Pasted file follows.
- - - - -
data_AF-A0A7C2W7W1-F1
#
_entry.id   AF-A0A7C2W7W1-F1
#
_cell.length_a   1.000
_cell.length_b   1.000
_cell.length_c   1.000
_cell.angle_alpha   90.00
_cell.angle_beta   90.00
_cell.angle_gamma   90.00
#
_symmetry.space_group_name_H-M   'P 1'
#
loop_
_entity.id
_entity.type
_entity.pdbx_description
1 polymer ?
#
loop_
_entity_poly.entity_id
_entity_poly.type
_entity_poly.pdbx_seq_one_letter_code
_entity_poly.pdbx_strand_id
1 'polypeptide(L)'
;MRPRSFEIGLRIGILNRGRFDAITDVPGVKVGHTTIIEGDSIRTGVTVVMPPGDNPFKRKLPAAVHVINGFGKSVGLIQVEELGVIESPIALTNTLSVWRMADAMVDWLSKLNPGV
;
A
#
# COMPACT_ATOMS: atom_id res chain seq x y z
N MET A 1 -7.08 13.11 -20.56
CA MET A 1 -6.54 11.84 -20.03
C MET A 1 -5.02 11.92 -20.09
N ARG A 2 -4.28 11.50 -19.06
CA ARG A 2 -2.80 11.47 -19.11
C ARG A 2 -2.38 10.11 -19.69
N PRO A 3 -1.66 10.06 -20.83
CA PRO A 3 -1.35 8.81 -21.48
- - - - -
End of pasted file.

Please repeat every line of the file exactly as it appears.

data_AF-A0A7C2W7W1-F1
#
_entry.id   AF-A0A7C2W7W1-F1
#
_cell.length_a   1.000
_cell.length_b   1.000
_cell.length_c   1.000
_cell.angle_alpha   90.00
_cell.angle_beta   90.00
_cell.angle_gamma   90.00
#
_symmetry.space_group_name_H-M   'P 1'
#
loop_
_entity.id
_entity.type
_entity.pdbx_description
1 polymer ?
#
loop_
_entity_poly.entity_id
_entity_poly.type
_entity_poly.pdbx_seq_one_letter_code
_entity_poly.pdbx_strand_id
1 'polypeptide(L)'
;MRPRSFEIGLRIGILNRGRFDAITDVPGVKVGHTTIIEGDSIRTGVTVVMPPGDNPFKRKLPAAVHVINGFGKSVGLIQVEELGVIESPIALTNTLSVWRMADAMVDWLSKLNPGV
;
A
#
# COMPACT_ATOMS: atom_id res chain seq x y z
N MET A 1 -7.08 13.11 -20.56
CA MET A 1 -6.54 11.84 -20.03
C MET A 1 -5.02 11.92 -20.09
N ARG A 2 -4.28 11.50 -19.06
CA ARG A 2 -2.80 11.47 -19.11
C ARG A 2 -2.38 10.11 -19.69
N PRO A 3 -1.66 10.06 -20.83
CA PRO A 3 -1.35 8.81 -21.48